Success means different things for different people. Since business as mission is a unique discipline with defined goals that might include the fourfold bottom line – achieving the financial goals of the owners of the company, social impact goals of the community in which the business works, goals to protect and enhance the environment, and spiritual impact goals – success in a business as mission enterprise can be measured.  Read more

Cashews with a Social Mission: From Hershey Exec to Sunshine Nuts

From Forbes Magazine

Do you have to be a little nuts to give up all the trappings of corporate success, move your family to Mozambique to start a cashew company and pledge to give away 90% of your profits to help orphans and farmers?

More than a few people suggested as much to Don Larson, a former Hershey Company exec who  sold his Porshe, his hot air balloon and his house with a swimming pool to buy a small factory in Matola, Mozambique to launch his social enterprise.

Larson’s Sunshine Nut Company, sells roasted cashews,  grown by small farmers in Mozambique and produced entirely in-country.  The company, which turned its first profit 18 months ago, sold about $2 million worth of cashews last year, and  Larson is projecting $3 million to $5 million in revenue this year.  The nuts can now be found in  some 2,000 U.S. stores,  including Whole Foods and Wegman’s.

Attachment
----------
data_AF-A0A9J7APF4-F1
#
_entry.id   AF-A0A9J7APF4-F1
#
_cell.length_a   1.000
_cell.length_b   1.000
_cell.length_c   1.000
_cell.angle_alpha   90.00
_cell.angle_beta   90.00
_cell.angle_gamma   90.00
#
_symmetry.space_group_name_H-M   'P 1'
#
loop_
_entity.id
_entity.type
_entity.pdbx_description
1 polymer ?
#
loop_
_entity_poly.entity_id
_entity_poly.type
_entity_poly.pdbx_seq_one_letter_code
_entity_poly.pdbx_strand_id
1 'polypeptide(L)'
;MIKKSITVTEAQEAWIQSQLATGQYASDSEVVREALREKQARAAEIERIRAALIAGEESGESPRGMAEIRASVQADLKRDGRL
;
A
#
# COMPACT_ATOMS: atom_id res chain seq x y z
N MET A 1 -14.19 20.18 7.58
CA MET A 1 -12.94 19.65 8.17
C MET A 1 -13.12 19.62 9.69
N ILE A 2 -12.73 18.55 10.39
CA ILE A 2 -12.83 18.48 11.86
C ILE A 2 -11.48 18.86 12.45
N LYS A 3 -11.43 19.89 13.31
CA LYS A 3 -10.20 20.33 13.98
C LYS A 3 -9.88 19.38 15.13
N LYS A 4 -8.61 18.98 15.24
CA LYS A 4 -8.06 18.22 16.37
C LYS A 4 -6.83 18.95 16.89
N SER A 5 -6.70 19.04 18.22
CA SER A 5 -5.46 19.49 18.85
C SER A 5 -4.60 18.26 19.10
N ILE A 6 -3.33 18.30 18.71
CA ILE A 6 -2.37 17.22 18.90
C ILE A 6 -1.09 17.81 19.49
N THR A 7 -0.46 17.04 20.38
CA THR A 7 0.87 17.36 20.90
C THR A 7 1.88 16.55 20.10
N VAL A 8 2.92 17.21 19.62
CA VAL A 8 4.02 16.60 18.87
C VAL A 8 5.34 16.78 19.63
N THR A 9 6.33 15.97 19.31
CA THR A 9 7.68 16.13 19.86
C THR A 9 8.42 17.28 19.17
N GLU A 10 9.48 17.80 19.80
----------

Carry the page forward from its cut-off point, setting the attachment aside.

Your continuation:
More than 30 years ago, Mozambique led the world in cashew production. But, following independence in 1975, 16  years of civil war and bad banking policies decimated the industry. Now, Larson is trying to bring it back – this time, by empowering local communities, paying farmers fairly for their product and creating   jobs with upward mobility for the country’s orphans and abandoned children in Sunshine’s factories. The company is devoting 30% of its net proceeds to support agricultural development and 30% to care for orphans and vulnerable children; another 30% will be directed to expanding to other developing regions, and, eventually, to other crops.

Most social entrepreneurs like to stress their founding story, the goals they hope to accomplish, the motivations that drive everything they do. The product itself? Sometimes, it’s just good enough, but nothing special. The really savvy social entrepreneurs have learned that a sincere mission and a superior product must go hand-in-hand.  Read more